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Coming Together in Skokie

Skokie Public Library
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Problem Statement

With a population of approximately 65,000 and close to 100 different languages spoken, Skokie is one of the most diverse towns in Illinois. More than 40% of the population is foreign born and immigrants continue to settle in Skokie, most recently coming from Iraq and Pakistan. People of various ethnic origins do not segregate by neighborhood, but intermingle throughout the Village. Given these conditions, is it possible to promote understanding among people of such different backgrounds and even to build a community?


The Director of the Skokie Public Library, Superintendent of high school District 219, the Mayor’s wife, the President of the Indian Community of Niles Township and the Manager of a local hotel developed Coming Together in Skokie to enable residents to explore in depth a different culture each year through reading and discussing a common book, and through participation in a variety of other programs. Our program launched in late January, 2010 with a focus on the Asian Indian community. In addition to the institutions mentioned, Oakton Community College and Skokie Hospital joined in the program. We read the novel Motherland and brought author Vineeta Vijayaraghavan to speak at the Library, both high schools and at OCC. More than 3000 people attended 32 events held over a period of 6 weeks. In 2011, we have turned our attention to the Filipinos, welcoming Cecilia Manguerra Brainard and reading her novel about the Filipinos’ experience of WWII When the Rainbow Goddess Wept. This year we also chose a novel for middle school students and two picture books for younger children.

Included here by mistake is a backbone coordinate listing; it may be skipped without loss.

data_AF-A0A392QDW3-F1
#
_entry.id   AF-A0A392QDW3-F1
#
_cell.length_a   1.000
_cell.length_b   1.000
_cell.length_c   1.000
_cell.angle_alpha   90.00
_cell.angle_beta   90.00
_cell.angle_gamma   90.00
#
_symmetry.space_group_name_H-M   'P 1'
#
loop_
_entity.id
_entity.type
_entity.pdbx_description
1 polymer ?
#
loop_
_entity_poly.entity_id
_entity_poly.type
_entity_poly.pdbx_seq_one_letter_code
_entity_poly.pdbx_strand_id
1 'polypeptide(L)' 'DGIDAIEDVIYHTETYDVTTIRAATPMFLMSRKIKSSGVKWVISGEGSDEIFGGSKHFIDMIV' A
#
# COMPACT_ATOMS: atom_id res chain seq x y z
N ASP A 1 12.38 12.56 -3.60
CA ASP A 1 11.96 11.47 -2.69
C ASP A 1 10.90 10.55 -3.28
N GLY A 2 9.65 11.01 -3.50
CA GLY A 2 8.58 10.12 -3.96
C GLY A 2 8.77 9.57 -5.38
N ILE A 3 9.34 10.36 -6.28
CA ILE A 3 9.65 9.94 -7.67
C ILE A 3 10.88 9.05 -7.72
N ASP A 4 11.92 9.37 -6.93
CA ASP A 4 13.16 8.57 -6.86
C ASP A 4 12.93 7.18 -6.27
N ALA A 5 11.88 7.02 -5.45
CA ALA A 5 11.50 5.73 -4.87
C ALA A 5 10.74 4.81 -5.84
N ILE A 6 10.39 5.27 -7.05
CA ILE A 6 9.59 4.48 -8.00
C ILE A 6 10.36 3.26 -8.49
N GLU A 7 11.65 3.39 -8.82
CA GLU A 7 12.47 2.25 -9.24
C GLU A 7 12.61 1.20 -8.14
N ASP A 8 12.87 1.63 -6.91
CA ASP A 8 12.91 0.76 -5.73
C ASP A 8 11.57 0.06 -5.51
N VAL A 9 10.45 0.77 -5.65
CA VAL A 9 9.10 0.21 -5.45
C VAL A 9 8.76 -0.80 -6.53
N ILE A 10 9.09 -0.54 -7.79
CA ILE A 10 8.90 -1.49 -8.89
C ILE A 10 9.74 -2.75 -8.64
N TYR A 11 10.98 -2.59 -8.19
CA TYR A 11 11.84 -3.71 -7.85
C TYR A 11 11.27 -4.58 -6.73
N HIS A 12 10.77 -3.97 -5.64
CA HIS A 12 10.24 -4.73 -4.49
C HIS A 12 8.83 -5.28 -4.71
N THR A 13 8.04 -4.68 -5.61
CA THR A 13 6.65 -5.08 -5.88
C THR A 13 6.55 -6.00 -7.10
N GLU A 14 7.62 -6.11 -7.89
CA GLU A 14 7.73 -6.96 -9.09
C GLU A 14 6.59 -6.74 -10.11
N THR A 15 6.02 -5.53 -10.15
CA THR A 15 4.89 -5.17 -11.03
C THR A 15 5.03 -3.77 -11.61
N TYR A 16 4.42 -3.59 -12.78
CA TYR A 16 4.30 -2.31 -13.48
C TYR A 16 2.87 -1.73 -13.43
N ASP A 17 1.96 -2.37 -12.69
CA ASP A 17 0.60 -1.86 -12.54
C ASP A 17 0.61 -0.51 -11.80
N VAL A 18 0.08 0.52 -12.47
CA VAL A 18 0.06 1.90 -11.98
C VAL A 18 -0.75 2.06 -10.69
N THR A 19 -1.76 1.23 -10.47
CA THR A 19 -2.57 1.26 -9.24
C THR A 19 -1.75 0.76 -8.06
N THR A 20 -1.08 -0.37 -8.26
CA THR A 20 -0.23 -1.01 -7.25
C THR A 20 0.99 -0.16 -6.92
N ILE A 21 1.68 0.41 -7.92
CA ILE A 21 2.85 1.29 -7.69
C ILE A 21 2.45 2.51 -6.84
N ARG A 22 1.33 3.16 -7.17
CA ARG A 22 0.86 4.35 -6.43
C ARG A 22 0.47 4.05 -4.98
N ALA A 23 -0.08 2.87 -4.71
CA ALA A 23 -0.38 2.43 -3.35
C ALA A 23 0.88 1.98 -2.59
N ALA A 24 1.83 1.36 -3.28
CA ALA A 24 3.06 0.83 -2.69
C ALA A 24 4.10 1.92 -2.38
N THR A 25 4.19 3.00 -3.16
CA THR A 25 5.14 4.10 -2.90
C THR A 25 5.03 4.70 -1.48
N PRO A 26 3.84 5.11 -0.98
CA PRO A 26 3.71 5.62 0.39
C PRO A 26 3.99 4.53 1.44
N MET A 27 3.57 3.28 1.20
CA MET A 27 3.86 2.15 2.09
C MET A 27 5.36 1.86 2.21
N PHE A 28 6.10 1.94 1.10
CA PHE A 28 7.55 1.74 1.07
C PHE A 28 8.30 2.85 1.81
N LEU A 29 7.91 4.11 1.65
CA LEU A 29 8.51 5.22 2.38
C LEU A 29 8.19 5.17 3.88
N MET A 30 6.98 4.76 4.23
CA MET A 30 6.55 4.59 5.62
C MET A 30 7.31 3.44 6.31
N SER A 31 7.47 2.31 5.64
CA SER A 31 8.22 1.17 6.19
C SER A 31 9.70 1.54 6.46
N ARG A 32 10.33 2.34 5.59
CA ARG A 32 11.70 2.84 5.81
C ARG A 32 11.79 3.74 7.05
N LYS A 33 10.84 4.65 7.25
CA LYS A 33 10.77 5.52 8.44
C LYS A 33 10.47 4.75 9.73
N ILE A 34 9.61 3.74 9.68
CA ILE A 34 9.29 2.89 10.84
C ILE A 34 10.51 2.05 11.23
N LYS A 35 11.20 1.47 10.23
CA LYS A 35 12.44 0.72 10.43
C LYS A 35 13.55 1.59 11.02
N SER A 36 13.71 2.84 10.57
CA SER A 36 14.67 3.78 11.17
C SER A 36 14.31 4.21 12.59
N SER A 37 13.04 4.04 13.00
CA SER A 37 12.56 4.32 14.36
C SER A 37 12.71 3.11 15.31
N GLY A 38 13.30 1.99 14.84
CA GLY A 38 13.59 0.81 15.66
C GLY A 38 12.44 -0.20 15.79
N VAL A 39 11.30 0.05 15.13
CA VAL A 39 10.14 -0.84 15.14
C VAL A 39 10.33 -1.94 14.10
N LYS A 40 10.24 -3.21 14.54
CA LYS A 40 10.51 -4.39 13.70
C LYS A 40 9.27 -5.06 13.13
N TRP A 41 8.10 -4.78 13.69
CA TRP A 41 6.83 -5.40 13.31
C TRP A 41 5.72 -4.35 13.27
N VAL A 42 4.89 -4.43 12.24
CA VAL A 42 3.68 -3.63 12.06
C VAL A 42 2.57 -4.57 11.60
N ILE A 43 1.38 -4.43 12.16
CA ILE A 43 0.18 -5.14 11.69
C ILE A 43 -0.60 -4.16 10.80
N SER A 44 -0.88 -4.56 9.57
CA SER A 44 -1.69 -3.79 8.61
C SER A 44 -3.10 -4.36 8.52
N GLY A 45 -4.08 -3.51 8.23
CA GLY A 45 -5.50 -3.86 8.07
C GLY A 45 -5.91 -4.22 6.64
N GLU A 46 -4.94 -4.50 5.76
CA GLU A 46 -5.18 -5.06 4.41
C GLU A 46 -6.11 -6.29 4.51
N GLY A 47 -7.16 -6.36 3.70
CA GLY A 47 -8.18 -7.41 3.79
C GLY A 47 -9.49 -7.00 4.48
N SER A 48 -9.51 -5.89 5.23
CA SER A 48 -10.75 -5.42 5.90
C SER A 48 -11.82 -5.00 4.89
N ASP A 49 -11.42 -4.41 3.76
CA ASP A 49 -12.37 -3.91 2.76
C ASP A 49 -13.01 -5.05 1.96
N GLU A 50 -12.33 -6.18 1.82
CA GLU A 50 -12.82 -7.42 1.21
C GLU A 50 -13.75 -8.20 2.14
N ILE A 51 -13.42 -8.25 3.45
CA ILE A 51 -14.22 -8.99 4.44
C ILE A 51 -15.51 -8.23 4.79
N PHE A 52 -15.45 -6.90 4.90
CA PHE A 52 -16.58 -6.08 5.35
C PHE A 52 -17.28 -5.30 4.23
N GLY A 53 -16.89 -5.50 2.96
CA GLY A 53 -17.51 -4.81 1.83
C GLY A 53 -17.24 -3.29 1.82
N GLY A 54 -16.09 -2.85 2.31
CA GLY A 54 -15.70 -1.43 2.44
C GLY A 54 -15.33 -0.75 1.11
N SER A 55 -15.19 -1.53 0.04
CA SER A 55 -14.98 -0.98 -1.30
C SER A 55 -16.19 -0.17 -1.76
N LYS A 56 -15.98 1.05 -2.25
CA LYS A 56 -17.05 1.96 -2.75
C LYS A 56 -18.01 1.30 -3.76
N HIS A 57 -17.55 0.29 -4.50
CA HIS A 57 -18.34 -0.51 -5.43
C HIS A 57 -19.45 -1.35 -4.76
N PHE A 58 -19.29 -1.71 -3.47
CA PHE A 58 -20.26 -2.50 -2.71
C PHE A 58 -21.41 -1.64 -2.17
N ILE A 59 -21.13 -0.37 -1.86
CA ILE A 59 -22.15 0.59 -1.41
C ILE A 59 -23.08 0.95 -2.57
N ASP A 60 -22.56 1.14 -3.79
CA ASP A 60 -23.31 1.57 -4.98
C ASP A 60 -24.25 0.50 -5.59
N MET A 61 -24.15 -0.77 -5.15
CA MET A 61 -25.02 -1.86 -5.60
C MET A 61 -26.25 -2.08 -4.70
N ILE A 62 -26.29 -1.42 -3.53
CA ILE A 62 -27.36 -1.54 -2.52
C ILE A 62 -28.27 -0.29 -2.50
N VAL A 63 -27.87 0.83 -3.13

Over 3200 people attended at least one of 36 events this winter, half of which were book discussions or author visits. Press coverage was terrific, not only in the local media, but in both Filipino and Indian metropolitan media outlets. Cecilia Brainard was impressed with the program, so much so that, after returning home to California after three days of presenting to and speaking with participants throughout the Skokie community, she sent the Skokie Public Library more than 100 books by Filipino and Filipino-American authors, some of which were signed first editions. Being an editor as well as an author, she has extensive connections in the Filipino literary community. The Skokie Park District joined the list of cooperating agencies this year as did the English Language Learners Parent Center, a joint project of the schools in Niles Township. A 22 page booklet with a welcome letter from the Mayor includes historical information about the Philippines, questions for discussion of the books, information about Philippine traditions, some Filipino phrases, a list of notable Filipinos and Filipino-Americans and suggested readings, as well as information about events, encouraging the learning to continue.